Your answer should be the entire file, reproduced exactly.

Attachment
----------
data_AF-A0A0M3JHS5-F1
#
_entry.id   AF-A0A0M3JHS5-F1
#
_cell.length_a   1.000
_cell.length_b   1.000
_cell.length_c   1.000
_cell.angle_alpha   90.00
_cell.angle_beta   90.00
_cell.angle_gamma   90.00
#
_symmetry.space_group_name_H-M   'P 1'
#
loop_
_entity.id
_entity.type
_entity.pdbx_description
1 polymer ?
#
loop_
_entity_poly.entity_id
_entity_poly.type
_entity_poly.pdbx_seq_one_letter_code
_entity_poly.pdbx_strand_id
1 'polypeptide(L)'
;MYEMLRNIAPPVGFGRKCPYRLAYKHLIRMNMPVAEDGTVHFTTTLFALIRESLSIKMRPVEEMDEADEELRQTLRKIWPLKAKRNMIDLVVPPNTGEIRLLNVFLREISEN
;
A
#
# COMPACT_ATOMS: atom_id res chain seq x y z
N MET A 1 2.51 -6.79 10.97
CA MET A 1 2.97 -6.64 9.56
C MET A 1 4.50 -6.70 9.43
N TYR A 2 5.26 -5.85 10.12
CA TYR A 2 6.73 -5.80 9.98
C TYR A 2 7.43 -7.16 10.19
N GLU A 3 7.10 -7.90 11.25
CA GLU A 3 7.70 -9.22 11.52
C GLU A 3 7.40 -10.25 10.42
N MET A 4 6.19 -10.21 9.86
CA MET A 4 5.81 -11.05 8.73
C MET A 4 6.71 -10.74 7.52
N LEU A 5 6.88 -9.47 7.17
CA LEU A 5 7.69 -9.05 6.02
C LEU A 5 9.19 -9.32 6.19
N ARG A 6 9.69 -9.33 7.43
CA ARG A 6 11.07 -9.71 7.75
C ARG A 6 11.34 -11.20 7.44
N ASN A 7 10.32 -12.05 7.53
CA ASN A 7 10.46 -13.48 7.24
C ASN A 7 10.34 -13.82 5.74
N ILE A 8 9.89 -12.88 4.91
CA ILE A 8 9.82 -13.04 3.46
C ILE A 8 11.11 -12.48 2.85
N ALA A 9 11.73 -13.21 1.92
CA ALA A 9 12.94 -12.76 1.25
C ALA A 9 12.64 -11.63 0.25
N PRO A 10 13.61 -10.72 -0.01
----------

data_AF-A0A0M3JHS5-F1
#
_entry.id   AF-A0A0M3JHS5-F1
#
_cell.length_a   1.000
_cell.length_b   1.000
_cell.length_c   1.000
_cell.angle_alpha   90.00
_cell.angle_beta   90.00
_cell.angle_gamma   90.00
#
_symmetry.space_group_name_H-M   'P 1'
#
loop_
_entity.id
_entity.type
_entity.pdbx_description
1 polymer ?
#
loop_
_entity_poly.entity_id
_entity_poly.type
_entity_poly.pdbx_seq_one_letter_code
_entity_poly.pdbx_strand_id
1 'polypeptide(L)'
;MYEMLRNIAPPVGFGRKCPYRLAYKHLIRMNMPVAEDGTVHFTTTLFALIRESLSIKMRPVEEMDEADEELRQTLRKIWPLKAKRNMIDLVVPPNTGEIRLLNVFLREISEN
;
A
#
# COMPACT_ATOMS: atom_id res chain seq x y z
N MET A 1 2.51 -6.79 10.97
CA MET A 1 2.97 -6.64 9.56
C MET A 1 4.50 -6.70 9.43
N TYR A 2 5.26 -5.85 10.12
CA TYR A 2 6.73 -5.80 9.98
C TYR A 2 7.43 -7.16 10.19
N GLU A 3 7.10 -7.90 11.25
CA GLU A 3 7.70 -9.22 11.52
C GLU A 3 7.40 -10.25 10.42
N MET A 4 6.19 -10.21 9.86
CA MET A 4 5.81 -11.05 8.73
C MET A 4 6.71 -10.74 7.52
N LEU A 5 6.88 -9.47 7.17
CA LEU A 5 7.69 -9.05 6.02
C LEU A 5 9.19 -9.32 6.19
N ARG A 6 9.69 -9.33 7.43
CA ARG A 6 11.07 -9.71 7.75
C ARG A 6 11.34 -11.20 7.44
N ASN A 7 10.32 -12.05 7.53
CA ASN A 7 10.46 -13.48 7.24
C ASN A 7 10.34 -13.82 5.74
N ILE A 8 9.89 -12.88 4.91
CA ILE A 8 9.82 -13.04 3.46
C ILE A 8 11.11 -12.48 2.85
N ALA A 9 11.73 -13.21 1.92
CA ALA A 9 12.94 -12.76 1.25
C ALA A 9 12.64 -11.63 0.25
N PRO A 10 13.61 -10.72 -0.01